elainemansfield January 15, 2016 at 9:16 pm

    Scary, scary, scary. I’m so grateful it wasn’t cancer. I can almost imagine how scared you were because your writing takes me there. Sometimes we get to dodge the bullet. With a kid, it’s so horrible when the dx goes the other way. Whew! Makes me appreciate my sons.


    All is well that ends well. Though those five days must have been so terrible for you , you got a closure. God bless your son and you.

    Yeah many people are not lucky. God bless Dorian.

    Kids are dying from cancer. An alarm from nature that how we are disturbing her. May we check ourselves.

    But kids dying of hunger is the worst………


    Ahhhh shit that tore me up……thank you geezus for keeping little dude here. So sorry and my eyes are leaking and I am grateful for my boy sleeping upstairs and now I want to rush out the door to get my girls who had a sleepover last night. They make us so vulnerable……..


    Having a child in the hospital is so horrible. Sorry you had to go through this


    WTG Little dude … when you can walk away from something like that, it’s a good day.

    Not on Twitter so I’ll just send good thoughts (and my GPS location) through the ethers.


    How petrifying, Samara! Thank God he recuperated and all was okay. When I was 25, doctors thought I had leukemia and after the results of my bone marrow biopsy came out negative, my tough and strong father broke down in front of all of us and almost fell to the floor from relief. I’ll never forget that day and can appreciate it more now that I’m a mom. I can’t imagine what Dorian’s family is going through. Sigh. #DStrong


      OMG, that is a horrible story! You must have been terrified, too, since you were too old to hide this from.
      What stories you have! I guess this is why we write. xoxo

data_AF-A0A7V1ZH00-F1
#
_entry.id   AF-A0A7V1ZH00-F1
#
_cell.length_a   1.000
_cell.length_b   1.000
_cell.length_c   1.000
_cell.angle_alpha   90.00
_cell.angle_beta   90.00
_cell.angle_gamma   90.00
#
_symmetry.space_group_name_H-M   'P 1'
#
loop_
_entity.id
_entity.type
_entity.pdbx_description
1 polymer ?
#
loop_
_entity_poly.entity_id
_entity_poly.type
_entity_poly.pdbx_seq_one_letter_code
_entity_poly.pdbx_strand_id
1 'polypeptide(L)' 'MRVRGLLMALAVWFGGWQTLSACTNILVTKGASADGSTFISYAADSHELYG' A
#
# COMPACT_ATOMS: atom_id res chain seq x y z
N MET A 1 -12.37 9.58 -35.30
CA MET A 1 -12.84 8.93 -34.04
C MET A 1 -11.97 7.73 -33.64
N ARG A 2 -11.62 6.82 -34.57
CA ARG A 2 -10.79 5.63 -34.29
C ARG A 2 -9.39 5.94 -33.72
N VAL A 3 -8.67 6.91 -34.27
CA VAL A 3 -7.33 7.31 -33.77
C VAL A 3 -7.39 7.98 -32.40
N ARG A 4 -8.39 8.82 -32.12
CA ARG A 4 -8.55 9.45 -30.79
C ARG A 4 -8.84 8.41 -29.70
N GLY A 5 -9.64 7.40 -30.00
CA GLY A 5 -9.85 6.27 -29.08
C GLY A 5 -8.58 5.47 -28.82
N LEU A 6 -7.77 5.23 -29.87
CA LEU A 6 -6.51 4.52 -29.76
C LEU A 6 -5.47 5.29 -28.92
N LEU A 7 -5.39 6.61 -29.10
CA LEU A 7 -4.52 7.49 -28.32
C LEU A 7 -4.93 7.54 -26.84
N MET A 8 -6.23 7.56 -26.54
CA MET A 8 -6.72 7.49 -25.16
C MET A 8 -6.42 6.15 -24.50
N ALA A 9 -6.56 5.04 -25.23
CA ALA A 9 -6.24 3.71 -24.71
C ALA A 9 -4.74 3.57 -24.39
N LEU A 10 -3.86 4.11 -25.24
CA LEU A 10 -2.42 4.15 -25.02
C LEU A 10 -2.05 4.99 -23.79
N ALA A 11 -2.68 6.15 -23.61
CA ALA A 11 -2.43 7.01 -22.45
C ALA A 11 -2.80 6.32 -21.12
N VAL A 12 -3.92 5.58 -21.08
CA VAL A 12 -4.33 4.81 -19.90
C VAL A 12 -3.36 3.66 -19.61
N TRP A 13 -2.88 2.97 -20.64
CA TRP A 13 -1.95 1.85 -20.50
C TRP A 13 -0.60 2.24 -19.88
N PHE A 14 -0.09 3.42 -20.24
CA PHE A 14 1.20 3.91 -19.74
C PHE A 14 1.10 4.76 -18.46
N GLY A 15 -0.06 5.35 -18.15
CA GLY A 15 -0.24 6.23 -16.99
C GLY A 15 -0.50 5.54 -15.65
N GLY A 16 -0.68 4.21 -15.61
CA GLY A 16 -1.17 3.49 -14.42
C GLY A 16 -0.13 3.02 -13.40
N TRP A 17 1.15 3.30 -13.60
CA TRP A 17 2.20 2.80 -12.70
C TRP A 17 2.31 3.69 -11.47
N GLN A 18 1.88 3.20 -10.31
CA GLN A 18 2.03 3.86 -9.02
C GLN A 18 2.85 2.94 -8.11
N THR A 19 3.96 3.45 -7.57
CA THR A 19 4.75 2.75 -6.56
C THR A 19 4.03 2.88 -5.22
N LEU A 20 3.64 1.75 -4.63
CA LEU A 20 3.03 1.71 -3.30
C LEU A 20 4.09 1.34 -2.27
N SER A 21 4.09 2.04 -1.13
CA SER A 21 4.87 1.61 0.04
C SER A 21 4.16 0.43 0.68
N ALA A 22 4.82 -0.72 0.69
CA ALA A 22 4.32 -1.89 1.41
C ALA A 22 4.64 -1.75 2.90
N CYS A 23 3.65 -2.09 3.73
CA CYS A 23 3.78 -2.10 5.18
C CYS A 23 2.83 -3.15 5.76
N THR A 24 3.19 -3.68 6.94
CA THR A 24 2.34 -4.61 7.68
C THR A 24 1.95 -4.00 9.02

That is fucking terrifying. Holy shit. So glad everything ended up on the better side.


    I so get you! When my daughter was 18-months old, she got a boil on her butt – when the doctor tested it, it came back with some weird bug that only kids with cystic fibrosis or leukemia get. Since it presents in the lungs of cystic fibrosis patients, he told me he thought she had leukemia and sent me to a specialist at the university hospital. One of the worst things I had to live through was watching my baby get a bone marrow test. They put her under and still she moaned with pain when they stuck that needle in her hip. We were lucky – she didn’t have leukemia – instead it was something called neutropenia, which was a lack of the primary white blood cell, neutrophils. It was still potentially serious, as her body didn’t have white blood cells needed to fight off bacterial infections. But again, we were lucky – she never had a hospitalization and when she reached her teens, the condition resolved on its own. But yeah – I remember that feeling of thinking my kid might die – it’s horrible.


      Watching your kid be subjected to painful tests – the WORST. You feel so helpless!

      I’m sorry you went through this. Maybe, this is why we write? Writing through trauma.
      Thanks, Jana. I was just on your blog. I need to go back and leave a comment. xoxo


    Been there, done that. I get it. Won’t bore you with the details. Kids are kids, love is love, fear is fear. This is a great post….#DStrong!!!


    Wow. There is no worse hell than having a sick child. I’m sorry for what you went through. Thank God this story had a happy ending. It really puts everything else in perspective.


    Powerful post. Thank you for sharing. When my Husband had terminal cancer he said I can stand it better that I have it rather than one of our sons. Losing a child or watching your child suffer with a serious disease or disability is horrible. So glad that your story had a happy ending!


    I can’t imagine what it must have been like, emotionally, as a parent— you want to do everything you possibly can, but can’t help much but just be there, which can make the experience more painful having to watch him suffer.

    SO glad he was— all of you— were able to walk out days later with a virtual clean bill of health… extreme pain, but… over.